JACL Monterey Heritage Center
JACL Heritage Spotlights
Born in Taku, Saga Prefecture in 1866, immigrated to the US (San Francisco) in 1885 at age 19. Noda first worked in agriculture in the Central Valley of California by 1895 he was living in Watsonville providing labor for the Spreckels Sugar plant.
He moved to Monterey in 1895, under contract to the Pacific Improvement Company to provide wood. While in Monterey, Noda noticed the incredible abundance of salmon and abalone in the Monterey Bay. He described in a letter that there was so much abalone that it was “a carpet of abalone.” He, along with partner Hyakutaro Ide, wrote a letter to the government of Japan extolling this abalone abundance.
He also sent for fishermen from the Wakayama Prefecture and established a small Japanese fishing colony on present day Cannery Row.
In 1902, with American partner, Harry Malpes, Noda built the Monterey Fishing and Canning Company, the very first cannery on Cannery Row. They canned abalone, salmon and sardines. They sold the cannery in 1907 to the Pacific Fish Company.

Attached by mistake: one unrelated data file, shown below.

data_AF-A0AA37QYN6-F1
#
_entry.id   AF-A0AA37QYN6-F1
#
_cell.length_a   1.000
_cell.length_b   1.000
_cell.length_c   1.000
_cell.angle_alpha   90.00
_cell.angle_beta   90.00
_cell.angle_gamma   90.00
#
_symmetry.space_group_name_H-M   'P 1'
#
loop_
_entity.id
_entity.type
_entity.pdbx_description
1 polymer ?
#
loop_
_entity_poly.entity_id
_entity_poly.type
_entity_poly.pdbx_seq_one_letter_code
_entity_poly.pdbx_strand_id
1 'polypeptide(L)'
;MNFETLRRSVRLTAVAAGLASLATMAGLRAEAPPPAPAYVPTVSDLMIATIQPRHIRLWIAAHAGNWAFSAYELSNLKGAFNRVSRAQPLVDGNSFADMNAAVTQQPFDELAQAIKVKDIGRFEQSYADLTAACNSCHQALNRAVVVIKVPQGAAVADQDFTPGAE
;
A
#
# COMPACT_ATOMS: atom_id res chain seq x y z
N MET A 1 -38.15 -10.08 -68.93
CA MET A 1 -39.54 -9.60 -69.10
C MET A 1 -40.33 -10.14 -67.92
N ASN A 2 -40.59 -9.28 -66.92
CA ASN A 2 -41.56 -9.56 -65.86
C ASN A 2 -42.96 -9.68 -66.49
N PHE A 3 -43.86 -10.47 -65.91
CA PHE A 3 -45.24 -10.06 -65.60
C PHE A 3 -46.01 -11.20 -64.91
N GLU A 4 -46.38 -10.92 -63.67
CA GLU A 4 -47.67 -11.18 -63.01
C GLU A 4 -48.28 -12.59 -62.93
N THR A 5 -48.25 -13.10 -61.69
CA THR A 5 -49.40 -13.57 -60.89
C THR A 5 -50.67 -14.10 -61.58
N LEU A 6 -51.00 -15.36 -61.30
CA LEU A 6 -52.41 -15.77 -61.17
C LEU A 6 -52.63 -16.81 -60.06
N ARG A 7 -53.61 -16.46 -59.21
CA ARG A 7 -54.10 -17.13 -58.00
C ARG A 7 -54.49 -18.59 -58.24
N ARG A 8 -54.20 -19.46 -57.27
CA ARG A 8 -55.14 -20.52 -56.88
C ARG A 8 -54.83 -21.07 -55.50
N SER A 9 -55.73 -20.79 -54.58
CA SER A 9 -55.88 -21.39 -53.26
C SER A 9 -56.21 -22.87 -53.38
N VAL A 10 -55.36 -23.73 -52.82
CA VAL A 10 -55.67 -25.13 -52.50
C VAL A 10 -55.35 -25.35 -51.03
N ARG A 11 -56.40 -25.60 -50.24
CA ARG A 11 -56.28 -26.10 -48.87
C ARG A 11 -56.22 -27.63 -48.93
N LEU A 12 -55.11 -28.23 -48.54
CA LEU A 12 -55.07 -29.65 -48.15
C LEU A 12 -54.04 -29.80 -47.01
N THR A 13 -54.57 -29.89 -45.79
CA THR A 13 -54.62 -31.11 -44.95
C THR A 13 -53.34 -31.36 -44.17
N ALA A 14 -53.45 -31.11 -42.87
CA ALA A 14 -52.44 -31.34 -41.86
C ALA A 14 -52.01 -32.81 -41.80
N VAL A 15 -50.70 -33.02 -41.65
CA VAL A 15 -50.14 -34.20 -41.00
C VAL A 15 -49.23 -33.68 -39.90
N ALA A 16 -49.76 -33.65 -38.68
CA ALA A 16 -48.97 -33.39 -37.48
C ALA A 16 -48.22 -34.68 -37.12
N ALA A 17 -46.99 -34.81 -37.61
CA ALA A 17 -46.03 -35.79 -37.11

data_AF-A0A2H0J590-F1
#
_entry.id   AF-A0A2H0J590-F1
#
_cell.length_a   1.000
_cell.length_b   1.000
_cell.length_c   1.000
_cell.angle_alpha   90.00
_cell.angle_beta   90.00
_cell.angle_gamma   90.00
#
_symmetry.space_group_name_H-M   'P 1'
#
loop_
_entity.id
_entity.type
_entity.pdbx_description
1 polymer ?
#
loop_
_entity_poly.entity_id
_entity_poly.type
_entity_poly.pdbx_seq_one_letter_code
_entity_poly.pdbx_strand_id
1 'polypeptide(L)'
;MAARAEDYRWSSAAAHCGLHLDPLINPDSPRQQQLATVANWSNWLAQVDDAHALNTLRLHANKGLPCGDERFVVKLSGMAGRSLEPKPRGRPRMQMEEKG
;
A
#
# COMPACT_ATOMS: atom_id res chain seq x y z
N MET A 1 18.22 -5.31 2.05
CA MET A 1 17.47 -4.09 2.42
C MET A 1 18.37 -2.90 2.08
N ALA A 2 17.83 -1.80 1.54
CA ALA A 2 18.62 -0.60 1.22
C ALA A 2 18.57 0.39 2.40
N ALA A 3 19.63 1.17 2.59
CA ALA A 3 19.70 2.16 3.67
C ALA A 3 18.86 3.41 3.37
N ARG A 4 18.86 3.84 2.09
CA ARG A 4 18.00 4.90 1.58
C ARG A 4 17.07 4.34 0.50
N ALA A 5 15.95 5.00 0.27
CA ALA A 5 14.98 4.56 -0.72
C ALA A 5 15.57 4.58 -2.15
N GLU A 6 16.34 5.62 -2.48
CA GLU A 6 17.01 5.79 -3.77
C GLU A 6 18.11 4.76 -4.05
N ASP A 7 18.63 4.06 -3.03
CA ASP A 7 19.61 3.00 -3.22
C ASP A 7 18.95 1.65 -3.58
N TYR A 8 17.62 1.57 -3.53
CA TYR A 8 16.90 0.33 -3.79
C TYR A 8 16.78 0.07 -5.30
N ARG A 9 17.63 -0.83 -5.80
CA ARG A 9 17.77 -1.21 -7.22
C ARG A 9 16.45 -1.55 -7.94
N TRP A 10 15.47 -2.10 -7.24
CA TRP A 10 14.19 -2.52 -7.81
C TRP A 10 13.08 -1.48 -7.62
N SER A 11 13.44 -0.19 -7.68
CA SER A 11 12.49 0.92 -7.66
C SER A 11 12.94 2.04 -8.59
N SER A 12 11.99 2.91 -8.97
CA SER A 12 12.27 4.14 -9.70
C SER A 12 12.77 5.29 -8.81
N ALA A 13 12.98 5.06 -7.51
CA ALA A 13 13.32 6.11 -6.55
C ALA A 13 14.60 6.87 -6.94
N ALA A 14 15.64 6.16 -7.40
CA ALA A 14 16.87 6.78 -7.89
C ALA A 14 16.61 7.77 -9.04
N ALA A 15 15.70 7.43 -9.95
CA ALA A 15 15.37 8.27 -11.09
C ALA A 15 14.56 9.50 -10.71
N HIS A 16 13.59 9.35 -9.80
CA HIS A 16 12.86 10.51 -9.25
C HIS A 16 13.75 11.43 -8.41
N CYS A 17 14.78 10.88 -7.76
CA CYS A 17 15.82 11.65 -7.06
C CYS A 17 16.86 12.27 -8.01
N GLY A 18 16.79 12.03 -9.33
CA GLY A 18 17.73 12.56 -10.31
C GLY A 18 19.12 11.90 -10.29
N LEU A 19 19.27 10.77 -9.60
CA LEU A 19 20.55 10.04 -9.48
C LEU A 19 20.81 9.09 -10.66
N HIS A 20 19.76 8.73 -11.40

In 1904, Noda brought from Japan, Japanese artisans and built the Japanese Tea House at Lovers Point.
Noda died on April 23, 1915, in Colusa at the age of 49
Born in Nemoto, Chiba Prefecture in 1867, Kodani, who was in the abalone business in Japan, first arrived on the Monterey Peninsula in late September or early October ,1897. He came here at the behest of the Japanese Government to investigate the possibility of developing an abalone industry in California. Finding his way south to Point Lobos, Kodani, at first rented from the Carmel Land & Coal Company what is now Whalers Cove. The next year, business man and mining engineer, Alexander M. Allan, purchased all 64 acres of Point Lobos and a partnership was born. Allan saw the financial possibilities of the abalone business and brought needed capital and together Kodani and Allan created the Point Lobos Canning Company.
Kodani brought abalone divers, known as ama, or free divers, from the Chiba prefecture, but the waters of the Monterey Bay proved to be too cold for these ama, and so Kodani sent for helmet divers, changing forever the California abalone industry and becoming a true pioneer. By 1912, the Point Lobos Canning Company accounted for almost 80% of the California abalone market. Kodani and Allan opened the first abalone cannery at Whalers cove round 1902. Their canned abalone product was sold to restaurants and grocery stores all over California, used to make soups and salads.
Kodani was a leader within the Monterey Japanese community, and Point Lobos was (and still is) a very special place for that community today. Gennosuke Kodani died on July 1, 1930 at the age of 63